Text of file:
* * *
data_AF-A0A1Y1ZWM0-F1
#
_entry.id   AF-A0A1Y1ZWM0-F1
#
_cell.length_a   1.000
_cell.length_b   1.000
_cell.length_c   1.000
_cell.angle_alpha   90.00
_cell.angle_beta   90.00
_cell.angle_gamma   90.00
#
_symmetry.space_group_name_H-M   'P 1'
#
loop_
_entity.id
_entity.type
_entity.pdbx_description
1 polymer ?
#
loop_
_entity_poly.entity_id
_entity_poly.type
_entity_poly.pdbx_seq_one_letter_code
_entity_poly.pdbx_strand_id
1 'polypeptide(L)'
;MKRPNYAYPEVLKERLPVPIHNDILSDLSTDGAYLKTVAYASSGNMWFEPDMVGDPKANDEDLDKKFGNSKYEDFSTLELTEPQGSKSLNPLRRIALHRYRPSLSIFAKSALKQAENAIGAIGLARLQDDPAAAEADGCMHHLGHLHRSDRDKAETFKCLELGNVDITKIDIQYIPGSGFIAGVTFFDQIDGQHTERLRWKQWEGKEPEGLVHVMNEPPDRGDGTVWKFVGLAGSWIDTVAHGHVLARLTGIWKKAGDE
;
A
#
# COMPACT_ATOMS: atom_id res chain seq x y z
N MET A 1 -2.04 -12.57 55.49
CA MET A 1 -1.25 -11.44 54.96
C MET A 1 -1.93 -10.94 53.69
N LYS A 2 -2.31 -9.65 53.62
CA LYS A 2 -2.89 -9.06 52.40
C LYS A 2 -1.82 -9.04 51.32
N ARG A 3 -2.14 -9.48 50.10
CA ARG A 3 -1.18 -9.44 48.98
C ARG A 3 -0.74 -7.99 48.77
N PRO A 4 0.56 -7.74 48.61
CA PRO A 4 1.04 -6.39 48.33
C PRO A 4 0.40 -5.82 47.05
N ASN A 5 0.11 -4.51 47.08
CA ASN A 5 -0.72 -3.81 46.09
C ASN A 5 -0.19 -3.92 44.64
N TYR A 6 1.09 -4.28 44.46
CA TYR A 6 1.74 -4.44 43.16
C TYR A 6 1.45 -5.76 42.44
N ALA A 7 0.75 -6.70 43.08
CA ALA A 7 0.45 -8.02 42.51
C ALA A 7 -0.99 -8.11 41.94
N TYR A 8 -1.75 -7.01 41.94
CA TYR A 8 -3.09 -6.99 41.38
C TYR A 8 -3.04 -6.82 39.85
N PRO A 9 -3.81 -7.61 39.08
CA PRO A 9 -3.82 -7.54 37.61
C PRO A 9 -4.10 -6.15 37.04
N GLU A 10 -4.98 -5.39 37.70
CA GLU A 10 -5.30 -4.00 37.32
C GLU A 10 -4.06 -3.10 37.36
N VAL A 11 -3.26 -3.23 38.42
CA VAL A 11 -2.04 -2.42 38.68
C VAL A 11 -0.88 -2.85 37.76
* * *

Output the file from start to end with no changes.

data_AF-A0A1Y1ZWM0-F1
#
_entry.id   AF-A0A1Y1ZWM0-F1
#
_cell.length_a   1.000
_cell.length_b   1.000
_cell.length_c   1.000
_cell.angle_alpha   90.00
_cell.angle_beta   90.00
_cell.angle_gamma   90.00
#
_symmetry.space_group_name_H-M   'P 1'
#
loop_
_entity.id
_entity.type
_entity.pdbx_description
1 polymer ?
#
loop_
_entity_poly.entity_id
_entity_poly.type
_entity_poly.pdbx_seq_one_letter_code
_entity_poly.pdbx_strand_id
1 'polypeptide(L)'
;MKRPNYAYPEVLKERLPVPIHNDILSDLSTDGAYLKTVAYASSGNMWFEPDMVGDPKANDEDLDKKFGNSKYEDFSTLELTEPQGSKSLNPLRRIALHRYRPSLSIFAKSALKQAENAIGAIGLARLQDDPAAAEADGCMHHLGHLHRSDRDKAETFKCLELGNVDITKIDIQYIPGSGFIAGVTFFDQIDGQHTERLRWKQWEGKEPEGLVHVMNEPPDRGDGTVWKFVGLAGSWIDTVAHGHVLARLTGIWKKAGDE
;
A
#
# COMPACT_ATOMS: atom_id res chain seq x y z
N MET A 1 -2.04 -12.57 55.49
CA MET A 1 -1.25 -11.44 54.96
C MET A 1 -1.93 -10.94 53.69
N LYS A 2 -2.31 -9.65 53.62
CA LYS A 2 -2.89 -9.06 52.40
C LYS A 2 -1.82 -9.04 51.32
N ARG A 3 -2.14 -9.48 50.10
CA ARG A 3 -1.18 -9.44 48.98
C ARG A 3 -0.74 -7.99 48.77
N PRO A 4 0.56 -7.74 48.61
CA PRO A 4 1.04 -6.39 48.33
C PRO A 4 0.40 -5.82 47.05
N ASN A 5 0.11 -4.51 47.08
CA ASN A 5 -0.72 -3.81 46.09
C ASN A 5 -0.19 -3.92 44.64
N TYR A 6 1.09 -4.28 44.46
CA TYR A 6 1.74 -4.44 43.16
C TYR A 6 1.45 -5.76 42.44
N ALA A 7 0.75 -6.70 43.08
CA ALA A 7 0.45 -8.02 42.51
C ALA A 7 -0.99 -8.11 41.94
N TYR A 8 -1.75 -7.01 41.94
CA TYR A 8 -3.09 -6.99 41.38
C TYR A 8 -3.04 -6.82 39.85
N PRO A 9 -3.81 -7.61 39.08
CA PRO A 9 -3.82 -7.54 37.61
C PRO A 9 -4.10 -6.15 37.04
N GLU A 10 -4.98 -5.39 37.70
CA GLU A 10 -5.30 -4.00 37.32
C GLU A 10 -4.06 -3.10 37.36
N VAL A 11 -3.26 -3.23 38.42
CA VAL A 11 -2.04 -2.42 38.68
C VAL A 11 -0.88 -2.85 37.76